Hundreds of people gathered outside the White House to protest President Donald Trump’s executive actions, which pave the way for the construction of two controversial oil pipelines.

“We want to make sure that the earth and the water is protected," said Andrew Hogland. “Under these acts it’s not going to happen.”

Organizers said Tuesday’s protest was last minute, planned after Trump signed directives and two presidential memoranda meant to speed up the completion of the Keystone XL and Dakota Access pipelines.

Opponents believe the pipelines will worsen climate change, and in the case of the Dakota Access pipeline, threaten the primary water supply of the Standing Rock Sioux tribe.

It was a major reversal of actions taken under the last administration.

In 2015, then-President Barack Obama rejected the Keystone Pipeline, after years of back and forth.

It was a victory for environmentalists, and in December they had another when construction on the Dakota Access Pipeline stopped. The Army Corps of Engineers, which oversees the construction of the Dakota Access pipeline, denied a construction permit, saying they need to look more closely at the pipeline's environmental impact.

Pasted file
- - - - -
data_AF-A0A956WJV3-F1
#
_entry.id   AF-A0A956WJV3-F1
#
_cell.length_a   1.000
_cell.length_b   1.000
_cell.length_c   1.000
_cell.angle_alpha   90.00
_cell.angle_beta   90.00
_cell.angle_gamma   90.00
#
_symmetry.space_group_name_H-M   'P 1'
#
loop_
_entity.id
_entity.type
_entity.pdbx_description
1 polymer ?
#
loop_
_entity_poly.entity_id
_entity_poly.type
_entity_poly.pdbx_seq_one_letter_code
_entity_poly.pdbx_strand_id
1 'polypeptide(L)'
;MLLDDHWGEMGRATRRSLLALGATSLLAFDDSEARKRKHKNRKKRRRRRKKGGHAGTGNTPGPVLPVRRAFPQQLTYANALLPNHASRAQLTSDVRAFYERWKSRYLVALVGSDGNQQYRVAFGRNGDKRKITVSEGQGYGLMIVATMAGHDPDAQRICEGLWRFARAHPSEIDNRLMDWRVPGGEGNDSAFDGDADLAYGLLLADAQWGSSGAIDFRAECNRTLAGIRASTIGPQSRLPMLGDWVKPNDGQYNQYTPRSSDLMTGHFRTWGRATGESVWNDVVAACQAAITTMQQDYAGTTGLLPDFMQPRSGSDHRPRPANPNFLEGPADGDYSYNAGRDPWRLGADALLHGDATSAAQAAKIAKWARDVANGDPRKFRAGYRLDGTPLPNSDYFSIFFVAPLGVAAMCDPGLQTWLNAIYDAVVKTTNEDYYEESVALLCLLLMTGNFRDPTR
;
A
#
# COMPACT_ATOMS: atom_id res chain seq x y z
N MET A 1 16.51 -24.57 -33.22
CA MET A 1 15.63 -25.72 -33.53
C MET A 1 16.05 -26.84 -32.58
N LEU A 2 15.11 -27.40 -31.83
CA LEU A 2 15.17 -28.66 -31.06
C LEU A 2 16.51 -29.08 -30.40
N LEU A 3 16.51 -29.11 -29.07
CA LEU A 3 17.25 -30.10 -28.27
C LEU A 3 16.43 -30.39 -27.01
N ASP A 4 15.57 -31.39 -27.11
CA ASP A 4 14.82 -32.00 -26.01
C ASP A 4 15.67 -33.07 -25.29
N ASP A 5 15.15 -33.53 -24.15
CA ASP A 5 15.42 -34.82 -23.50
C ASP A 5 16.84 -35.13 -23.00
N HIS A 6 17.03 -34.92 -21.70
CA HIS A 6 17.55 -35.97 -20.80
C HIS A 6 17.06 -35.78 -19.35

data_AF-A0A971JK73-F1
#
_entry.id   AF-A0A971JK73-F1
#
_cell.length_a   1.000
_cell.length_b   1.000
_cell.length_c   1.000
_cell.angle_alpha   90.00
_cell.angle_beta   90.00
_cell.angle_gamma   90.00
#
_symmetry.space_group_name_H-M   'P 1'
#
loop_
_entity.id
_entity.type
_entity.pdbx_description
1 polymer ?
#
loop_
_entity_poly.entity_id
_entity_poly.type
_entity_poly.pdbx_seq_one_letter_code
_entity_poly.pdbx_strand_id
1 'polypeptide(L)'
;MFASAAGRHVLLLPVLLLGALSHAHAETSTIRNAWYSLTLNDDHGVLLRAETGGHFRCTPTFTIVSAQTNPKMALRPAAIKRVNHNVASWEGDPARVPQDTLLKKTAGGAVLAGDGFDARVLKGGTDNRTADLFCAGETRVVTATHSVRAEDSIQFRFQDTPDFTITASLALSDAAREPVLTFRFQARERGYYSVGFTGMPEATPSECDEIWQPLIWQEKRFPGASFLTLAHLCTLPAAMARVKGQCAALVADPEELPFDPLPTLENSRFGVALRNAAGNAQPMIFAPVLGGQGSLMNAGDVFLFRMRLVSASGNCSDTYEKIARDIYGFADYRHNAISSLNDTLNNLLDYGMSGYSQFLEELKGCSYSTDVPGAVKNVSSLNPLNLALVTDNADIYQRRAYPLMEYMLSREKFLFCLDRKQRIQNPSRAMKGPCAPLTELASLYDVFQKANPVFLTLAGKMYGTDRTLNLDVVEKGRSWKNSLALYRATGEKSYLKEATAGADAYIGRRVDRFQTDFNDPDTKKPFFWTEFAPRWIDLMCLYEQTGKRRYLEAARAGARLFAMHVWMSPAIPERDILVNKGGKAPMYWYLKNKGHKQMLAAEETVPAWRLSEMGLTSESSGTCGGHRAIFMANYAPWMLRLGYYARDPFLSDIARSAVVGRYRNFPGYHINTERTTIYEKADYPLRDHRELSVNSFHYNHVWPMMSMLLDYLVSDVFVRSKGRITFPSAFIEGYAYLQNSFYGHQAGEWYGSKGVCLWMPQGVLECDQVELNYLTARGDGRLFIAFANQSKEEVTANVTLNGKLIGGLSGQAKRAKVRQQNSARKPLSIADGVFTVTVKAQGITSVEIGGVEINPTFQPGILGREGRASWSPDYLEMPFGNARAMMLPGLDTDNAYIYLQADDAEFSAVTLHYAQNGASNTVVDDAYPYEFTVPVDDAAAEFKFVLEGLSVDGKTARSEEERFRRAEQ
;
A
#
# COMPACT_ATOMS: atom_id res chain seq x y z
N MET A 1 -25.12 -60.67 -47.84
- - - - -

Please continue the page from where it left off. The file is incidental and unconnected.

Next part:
The actions taken by President Trump could derail it all, which is why protesters said they felt compelled to stand outside the White House.

RELATED: Trump takes executive action on Keystone XL, Dakota Access pipelines

“I’m here because we’re regressing, and we cannot be allowed to backslide,” said Avery Raines.

"They were not joking when they said these pipelines are absolutely antiquated and they do threaten our communities of color.”

As the sun set and the temperature dropped, the group continued to wave signs, chant, and sing – but few expected Trump to reverse his stance.

Eryn Wise, of the International Indigenous Youth Council, told WUSA9 she does not “think that the legislation will change right now.”

However, she added, “It’s so important that we continue showing out. Even if it’s scary. Even if people threaten us – which they do – because, you know, if they don’t see us it’s easier for them to pretend we don’t exist and we are still here.”